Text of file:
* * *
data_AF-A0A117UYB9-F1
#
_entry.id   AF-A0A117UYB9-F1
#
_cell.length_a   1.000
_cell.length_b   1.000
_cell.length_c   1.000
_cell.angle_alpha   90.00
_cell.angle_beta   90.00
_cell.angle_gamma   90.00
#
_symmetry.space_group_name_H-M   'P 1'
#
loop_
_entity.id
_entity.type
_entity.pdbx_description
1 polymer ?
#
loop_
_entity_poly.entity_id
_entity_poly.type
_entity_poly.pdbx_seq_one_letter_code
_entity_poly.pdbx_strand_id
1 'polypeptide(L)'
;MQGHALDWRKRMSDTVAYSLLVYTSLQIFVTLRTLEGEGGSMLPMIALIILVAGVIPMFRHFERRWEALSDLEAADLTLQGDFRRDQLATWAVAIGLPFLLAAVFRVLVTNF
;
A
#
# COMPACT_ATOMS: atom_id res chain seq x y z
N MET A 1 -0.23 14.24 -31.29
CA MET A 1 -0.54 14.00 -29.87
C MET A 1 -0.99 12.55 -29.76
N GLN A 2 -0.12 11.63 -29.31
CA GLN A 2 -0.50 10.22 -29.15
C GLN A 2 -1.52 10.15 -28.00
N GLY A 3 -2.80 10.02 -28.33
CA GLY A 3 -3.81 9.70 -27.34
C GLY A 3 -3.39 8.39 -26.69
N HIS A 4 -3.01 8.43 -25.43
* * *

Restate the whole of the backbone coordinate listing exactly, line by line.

data_AF-A0A117UYB9-F1
#
_entry.id   AF-A0A117UYB9-F1
#
_cell.length_a   1.000
_cell.length_b   1.000
_cell.length_c   1.000
_cell.angle_alpha   90.00
_cell.angle_beta   90.00
_cell.angle_gamma   90.00
#
_symmetry.space_group_name_H-M   'P 1'
#
loop_
_entity.id
_entity.type
_entity.pdbx_description
1 polymer ?
#
loop_
_entity_poly.entity_id
_entity_poly.type
_entity_poly.pdbx_seq_one_letter_code
_entity_poly.pdbx_strand_id
1 'polypeptide(L)'
;MQGHALDWRKRMSDTVAYSLLVYTSLQIFVTLRTLEGEGGSMLPMIALIILVAGVIPMFRHFERRWEALSDLEAADLTLQGDFRRDQLATWAVAIGLPFLLAAVFRVLVTNF
;
A
#
# COMPACT_ATOMS: atom_id res chain seq x y z
N MET A 1 -0.23 14.24 -31.29
CA MET A 1 -0.54 14.00 -29.87
C MET A 1 -0.99 12.55 -29.76
N GLN A 2 -0.12 11.63 -29.31
CA GLN A 2 -0.50 10.22 -29.15
C GLN A 2 -1.52 10.15 -28.00
N GLY A 3 -2.80 10.02 -28.33
CA GLY A 3 -3.81 9.70 -27.34
C GLY A 3 -3.39 8.39 -26.69
N HIS A 4 -3.01 8.43 -25.43